This study provides a survey on corporate taxes around the world. Our analysis has three main objectives. First, we collect tax data and calculate (forward-looking) effective tax measures for a large sample of countries and recent years. We particularly describe how these measures vary over time and across countries, concluding that the majority of countries pursue so-called tax-cut-cum-base-broadening policies: most governments have significantly reduced their statutory tax rates on corporate income, while broadening the tax base through less attractive depreciation allowances. Second, we augment the country-level information with firm- and industry-level data (providing weights for financial structure and asset composition) to contrast statutory measures at the level of countries with measures accounting for firm- and industry-specific weights.
(RSIT Working Paper 05/2017)
This paper examines the relationship between foreign and domestic investment activity of multinational enterprises. The empirical analysis is based on micro data of German firms and their operations at home and abroad, including information on investment in fixed assets. The empirical approach is shown to produce very robust results and allows us to distinguish between an extensive and intensive margin effect: setting up a new foreign affiliate leads to an immediate positive effect of about EUR 450,000 additional investment; the investment elasticity at the intensive margin is estimated to be approximately 0.13.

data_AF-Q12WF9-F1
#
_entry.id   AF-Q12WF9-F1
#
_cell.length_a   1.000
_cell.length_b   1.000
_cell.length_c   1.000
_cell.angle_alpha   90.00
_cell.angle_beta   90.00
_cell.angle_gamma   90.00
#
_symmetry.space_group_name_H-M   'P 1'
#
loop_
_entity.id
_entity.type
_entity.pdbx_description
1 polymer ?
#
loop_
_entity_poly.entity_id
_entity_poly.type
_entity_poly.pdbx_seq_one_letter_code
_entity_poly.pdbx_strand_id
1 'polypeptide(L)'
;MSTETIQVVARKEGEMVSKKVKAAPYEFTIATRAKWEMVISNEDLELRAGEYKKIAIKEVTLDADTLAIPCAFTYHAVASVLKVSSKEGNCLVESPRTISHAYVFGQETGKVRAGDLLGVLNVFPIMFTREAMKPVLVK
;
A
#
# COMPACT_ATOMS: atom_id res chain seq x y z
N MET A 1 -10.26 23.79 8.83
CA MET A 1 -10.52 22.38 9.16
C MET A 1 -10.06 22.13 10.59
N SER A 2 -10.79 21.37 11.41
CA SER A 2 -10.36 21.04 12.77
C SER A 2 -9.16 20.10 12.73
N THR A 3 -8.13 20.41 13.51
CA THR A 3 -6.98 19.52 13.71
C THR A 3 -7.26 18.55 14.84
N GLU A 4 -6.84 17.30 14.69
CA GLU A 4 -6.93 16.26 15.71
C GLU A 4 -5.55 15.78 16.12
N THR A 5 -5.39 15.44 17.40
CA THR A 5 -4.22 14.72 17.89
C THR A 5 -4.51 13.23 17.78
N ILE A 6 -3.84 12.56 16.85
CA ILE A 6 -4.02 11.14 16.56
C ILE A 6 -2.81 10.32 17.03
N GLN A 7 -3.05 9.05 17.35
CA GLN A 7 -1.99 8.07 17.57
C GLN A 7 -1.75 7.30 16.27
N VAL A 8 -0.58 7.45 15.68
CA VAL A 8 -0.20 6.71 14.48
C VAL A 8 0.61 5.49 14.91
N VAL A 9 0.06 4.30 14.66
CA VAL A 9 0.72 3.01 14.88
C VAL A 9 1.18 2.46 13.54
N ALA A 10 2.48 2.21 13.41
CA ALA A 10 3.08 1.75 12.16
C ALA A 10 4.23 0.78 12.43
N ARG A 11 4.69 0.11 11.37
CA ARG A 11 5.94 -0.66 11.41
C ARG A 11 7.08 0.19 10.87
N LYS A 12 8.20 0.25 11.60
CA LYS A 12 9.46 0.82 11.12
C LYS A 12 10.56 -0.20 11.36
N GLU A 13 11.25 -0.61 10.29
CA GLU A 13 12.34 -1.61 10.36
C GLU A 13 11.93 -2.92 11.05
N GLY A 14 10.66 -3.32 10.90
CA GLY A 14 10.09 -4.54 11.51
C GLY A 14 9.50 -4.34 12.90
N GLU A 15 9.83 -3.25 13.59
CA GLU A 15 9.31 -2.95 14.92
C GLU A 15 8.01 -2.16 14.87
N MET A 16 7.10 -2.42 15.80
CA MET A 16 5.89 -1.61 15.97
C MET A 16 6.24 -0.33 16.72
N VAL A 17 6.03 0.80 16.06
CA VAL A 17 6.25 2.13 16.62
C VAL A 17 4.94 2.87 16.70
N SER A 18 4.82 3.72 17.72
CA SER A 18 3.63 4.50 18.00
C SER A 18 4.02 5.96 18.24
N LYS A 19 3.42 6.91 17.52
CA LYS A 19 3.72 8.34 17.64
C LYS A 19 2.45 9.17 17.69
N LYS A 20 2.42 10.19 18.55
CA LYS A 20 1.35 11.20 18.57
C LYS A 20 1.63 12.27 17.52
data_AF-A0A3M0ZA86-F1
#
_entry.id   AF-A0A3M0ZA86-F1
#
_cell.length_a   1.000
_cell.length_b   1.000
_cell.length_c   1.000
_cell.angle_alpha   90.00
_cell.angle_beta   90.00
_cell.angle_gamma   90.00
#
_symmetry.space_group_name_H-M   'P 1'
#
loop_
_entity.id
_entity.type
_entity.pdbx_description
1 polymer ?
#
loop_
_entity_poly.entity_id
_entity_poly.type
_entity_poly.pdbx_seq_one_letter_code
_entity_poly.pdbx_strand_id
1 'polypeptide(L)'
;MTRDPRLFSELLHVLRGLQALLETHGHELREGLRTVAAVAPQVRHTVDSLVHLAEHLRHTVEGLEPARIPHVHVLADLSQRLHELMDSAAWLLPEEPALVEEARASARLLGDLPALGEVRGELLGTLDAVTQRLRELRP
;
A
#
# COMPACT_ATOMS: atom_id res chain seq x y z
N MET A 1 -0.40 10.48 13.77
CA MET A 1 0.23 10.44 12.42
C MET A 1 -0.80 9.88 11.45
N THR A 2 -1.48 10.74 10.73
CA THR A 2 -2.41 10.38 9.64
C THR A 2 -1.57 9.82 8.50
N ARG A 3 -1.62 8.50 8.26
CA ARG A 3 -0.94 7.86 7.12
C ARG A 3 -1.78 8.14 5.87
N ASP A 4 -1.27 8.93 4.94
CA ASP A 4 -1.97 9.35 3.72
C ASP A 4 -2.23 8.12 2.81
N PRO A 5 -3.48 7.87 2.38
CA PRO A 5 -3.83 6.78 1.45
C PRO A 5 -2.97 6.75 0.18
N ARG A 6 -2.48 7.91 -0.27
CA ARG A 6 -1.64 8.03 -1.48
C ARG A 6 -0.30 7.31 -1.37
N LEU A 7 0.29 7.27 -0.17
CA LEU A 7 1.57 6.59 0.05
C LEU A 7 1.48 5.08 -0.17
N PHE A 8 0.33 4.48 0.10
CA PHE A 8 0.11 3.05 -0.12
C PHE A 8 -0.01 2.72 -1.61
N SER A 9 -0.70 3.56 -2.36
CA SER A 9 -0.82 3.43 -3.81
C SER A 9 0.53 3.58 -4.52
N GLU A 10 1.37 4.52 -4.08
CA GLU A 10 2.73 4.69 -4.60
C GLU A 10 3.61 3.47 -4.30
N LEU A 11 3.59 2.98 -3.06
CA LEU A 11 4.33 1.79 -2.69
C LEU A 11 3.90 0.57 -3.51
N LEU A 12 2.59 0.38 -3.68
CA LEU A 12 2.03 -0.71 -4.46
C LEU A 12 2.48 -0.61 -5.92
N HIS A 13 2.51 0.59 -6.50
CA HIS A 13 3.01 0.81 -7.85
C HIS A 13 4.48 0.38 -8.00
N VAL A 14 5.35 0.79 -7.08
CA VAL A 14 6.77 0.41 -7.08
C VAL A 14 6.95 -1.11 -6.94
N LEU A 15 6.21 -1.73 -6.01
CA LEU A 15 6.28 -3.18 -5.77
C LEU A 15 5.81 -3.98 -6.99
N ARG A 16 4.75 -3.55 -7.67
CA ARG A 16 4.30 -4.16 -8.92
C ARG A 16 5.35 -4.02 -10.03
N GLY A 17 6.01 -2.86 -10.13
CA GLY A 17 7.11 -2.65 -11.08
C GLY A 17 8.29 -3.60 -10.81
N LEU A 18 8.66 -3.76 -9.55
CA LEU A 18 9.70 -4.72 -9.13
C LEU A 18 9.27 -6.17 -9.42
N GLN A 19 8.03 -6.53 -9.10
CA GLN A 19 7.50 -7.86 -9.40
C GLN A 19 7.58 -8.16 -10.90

(RSIT WP 04/2017)
We use data on the universe of German multinational enterprises (MNEs) to explore how marginal investments at one foreign affiliate depend on investments at other affiliates within the same MNE. The empirical approach employs two channels or modes of cross-affiliate interdependence: mere geography (capturing horizontal linkages through correlated learning and horizontal competition within the firm) and input-output relationships within or across industries (which capture vertical linkages). In the firm-level data at hand, vertical linkages appear to be more important than horizontal ones. Investments at one location tend to stimulate investments at other locations of the same MNE, particularly if input linkages are strong. The opposite seems to be true for output linkages. Beyond vertical linkages, mere geographic proximity matters only to a minor extent. This suggests that evidence of linkages through geographic closeness at aggregate data levels accrue mainly due to reasons of vertical linkages within networks of affiliates.
(RSIT WP 03/2017)
In this paper we show that legal institutions can have far reaching effects on firms’ organizational choices. In particular, we explore the effects of the enforceability of legal contracts governing non-financial relationships between firms on corporate financing decisions and provide robust empirical evidence on the magnitude of such effects. We make the empirical observation that a higher cost of enforcing formal contracts is negatively related to average firm leverage and propose a relational contract mechanism that can explain this outcome. Our empirical analysis suggest that the results are driven by the relational contract mechanism proposed in our theory model. Our findings have very general implications for the interaction between institutions and firm choices. Moreover, empirical evidence on the implications of relational contracts is naturally rare.
(RSIT WP 02/2017)